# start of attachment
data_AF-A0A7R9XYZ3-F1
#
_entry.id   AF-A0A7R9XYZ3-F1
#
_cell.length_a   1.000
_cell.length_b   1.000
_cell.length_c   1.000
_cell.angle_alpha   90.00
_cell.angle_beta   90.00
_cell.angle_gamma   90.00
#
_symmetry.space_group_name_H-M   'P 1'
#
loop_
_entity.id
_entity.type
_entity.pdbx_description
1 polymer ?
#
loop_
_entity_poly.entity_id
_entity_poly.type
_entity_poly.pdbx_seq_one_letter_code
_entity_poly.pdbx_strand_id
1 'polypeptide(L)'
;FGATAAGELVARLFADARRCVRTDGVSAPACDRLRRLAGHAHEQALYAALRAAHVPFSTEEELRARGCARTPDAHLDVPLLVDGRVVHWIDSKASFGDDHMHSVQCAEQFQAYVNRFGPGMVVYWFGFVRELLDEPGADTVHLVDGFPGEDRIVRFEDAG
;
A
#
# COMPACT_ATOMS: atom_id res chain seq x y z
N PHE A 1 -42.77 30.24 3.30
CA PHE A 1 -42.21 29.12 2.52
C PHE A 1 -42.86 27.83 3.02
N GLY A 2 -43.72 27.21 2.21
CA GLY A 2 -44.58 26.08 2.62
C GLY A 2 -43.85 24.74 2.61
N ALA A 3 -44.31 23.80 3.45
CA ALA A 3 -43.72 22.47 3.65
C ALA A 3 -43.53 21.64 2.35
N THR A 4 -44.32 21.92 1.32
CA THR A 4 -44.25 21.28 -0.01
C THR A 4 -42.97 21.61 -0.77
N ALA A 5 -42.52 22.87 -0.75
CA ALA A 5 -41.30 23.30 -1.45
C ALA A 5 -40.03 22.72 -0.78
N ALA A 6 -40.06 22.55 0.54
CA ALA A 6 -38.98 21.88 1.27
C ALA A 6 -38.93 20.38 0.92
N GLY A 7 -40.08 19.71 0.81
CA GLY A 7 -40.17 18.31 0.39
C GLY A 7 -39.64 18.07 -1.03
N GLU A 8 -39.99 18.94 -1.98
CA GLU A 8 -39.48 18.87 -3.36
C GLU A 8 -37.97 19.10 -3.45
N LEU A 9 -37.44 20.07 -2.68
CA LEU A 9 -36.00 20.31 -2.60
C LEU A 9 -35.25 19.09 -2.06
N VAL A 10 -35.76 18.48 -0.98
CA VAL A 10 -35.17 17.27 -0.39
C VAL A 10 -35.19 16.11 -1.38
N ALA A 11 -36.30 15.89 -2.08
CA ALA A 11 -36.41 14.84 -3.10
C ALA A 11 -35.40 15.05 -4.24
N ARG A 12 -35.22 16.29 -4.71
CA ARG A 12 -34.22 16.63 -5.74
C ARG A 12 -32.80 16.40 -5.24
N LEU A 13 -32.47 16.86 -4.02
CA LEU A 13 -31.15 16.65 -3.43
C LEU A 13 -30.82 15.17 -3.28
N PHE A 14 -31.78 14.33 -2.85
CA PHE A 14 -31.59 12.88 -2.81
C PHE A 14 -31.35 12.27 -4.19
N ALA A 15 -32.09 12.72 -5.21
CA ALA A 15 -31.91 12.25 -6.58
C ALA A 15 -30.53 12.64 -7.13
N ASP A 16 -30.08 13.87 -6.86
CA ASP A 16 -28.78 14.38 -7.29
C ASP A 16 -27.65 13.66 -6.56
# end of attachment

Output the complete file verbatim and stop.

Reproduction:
data_AF-A0A7R9XYZ3-F1
#
_entry.id   AF-A0A7R9XYZ3-F1
#
_cell.length_a   1.000
_cell.length_b   1.000
_cell.length_c   1.000
_cell.angle_alpha   90.00
_cell.angle_beta   90.00
_cell.angle_gamma   90.00
#
_symmetry.space_group_name_H-M   'P 1'
#
loop_
_entity.id
_entity.type
_entity.pdbx_description
1 polymer ?
#
loop_
_entity_poly.entity_id
_entity_poly.type
_entity_poly.pdbx_seq_one_letter_code
_entity_poly.pdbx_strand_id
1 'polypeptide(L)'
;FGATAAGELVARLFADARRCVRTDGVSAPACDRLRRLAGHAHEQALYAALRAAHVPFSTEEELRARGCARTPDAHLDVPLLVDGRVVHWIDSKASFGDDHMHSVQCAEQFQAYVNRFGPGMVVYWFGFVRELLDEPGADTVHLVDGFPGEDRIVRFEDAG
;
A
#
# COMPACT_ATOMS: atom_id res chain seq x y z
N PHE A 1 -42.77 30.24 3.30
CA PHE A 1 -42.21 29.12 2.52
C PHE A 1 -42.86 27.83 3.02
N GLY A 2 -43.72 27.21 2.21
CA GLY A 2 -44.58 26.08 2.62
C GLY A 2 -43.85 24.74 2.61
N ALA A 3 -44.31 23.80 3.45
CA ALA A 3 -43.72 22.47 3.65
C ALA A 3 -43.53 21.64 2.35
N THR A 4 -44.32 21.92 1.32
CA THR A 4 -44.25 21.28 -0.01
C THR A 4 -42.97 21.61 -0.77
N ALA A 5 -42.52 22.87 -0.75
CA ALA A 5 -41.30 23.30 -1.45
C ALA A 5 -40.03 22.72 -0.78
N ALA A 6 -40.06 22.55 0.54
CA ALA A 6 -38.98 21.88 1.27
C ALA A 6 -38.93 20.38 0.92
N GLY A 7 -40.08 19.71 0.81
CA GLY A 7 -40.17 18.31 0.39
C GLY A 7 -39.64 18.07 -1.03
N GLU A 8 -39.99 18.94 -1.98
CA GLU A 8 -39.48 18.87 -3.36
C GLU A 8 -37.97 19.10 -3.45
N LEU A 9 -37.44 20.07 -2.68
CA LEU A 9 -36.00 20.31 -2.60
C LEU A 9 -35.25 19.09 -2.06
N VAL A 10 -35.76 18.48 -0.98
CA VAL A 10 -35.17 17.27 -0.39
C VAL A 10 -35.19 16.11 -1.38
N ALA A 11 -36.30 15.89 -2.08
CA ALA A 11 -36.41 14.84 -3.10
C ALA A 11 -35.40 15.05 -4.24
N ARG A 12 -35.22 16.29 -4.71
CA ARG A 12 -34.22 16.63 -5.74
C ARG A 12 -32.80 16.40 -5.24
N LEU A 13 -32.47 16.86 -4.02
CA LEU A 13 -31.15 16.65 -3.43
C LEU A 13 -30.82 15.17 -3.28
N PHE A 14 -31.78 14.33 -2.85
CA PHE A 14 -31.59 12.88 -2.81
C PHE A 14 -31.35 12.27 -4.19
N ALA A 15 -32.09 12.72 -5.21
CA ALA A 15 -31.91 12.25 -6.58
C ALA A 15 -30.53 12.64 -7.13
N ASP A 16 -30.08 13.87 -6.86
CA ASP A 16 -28.78 14.38 -7.29
C ASP A 16 -27.65 13.66 -6.56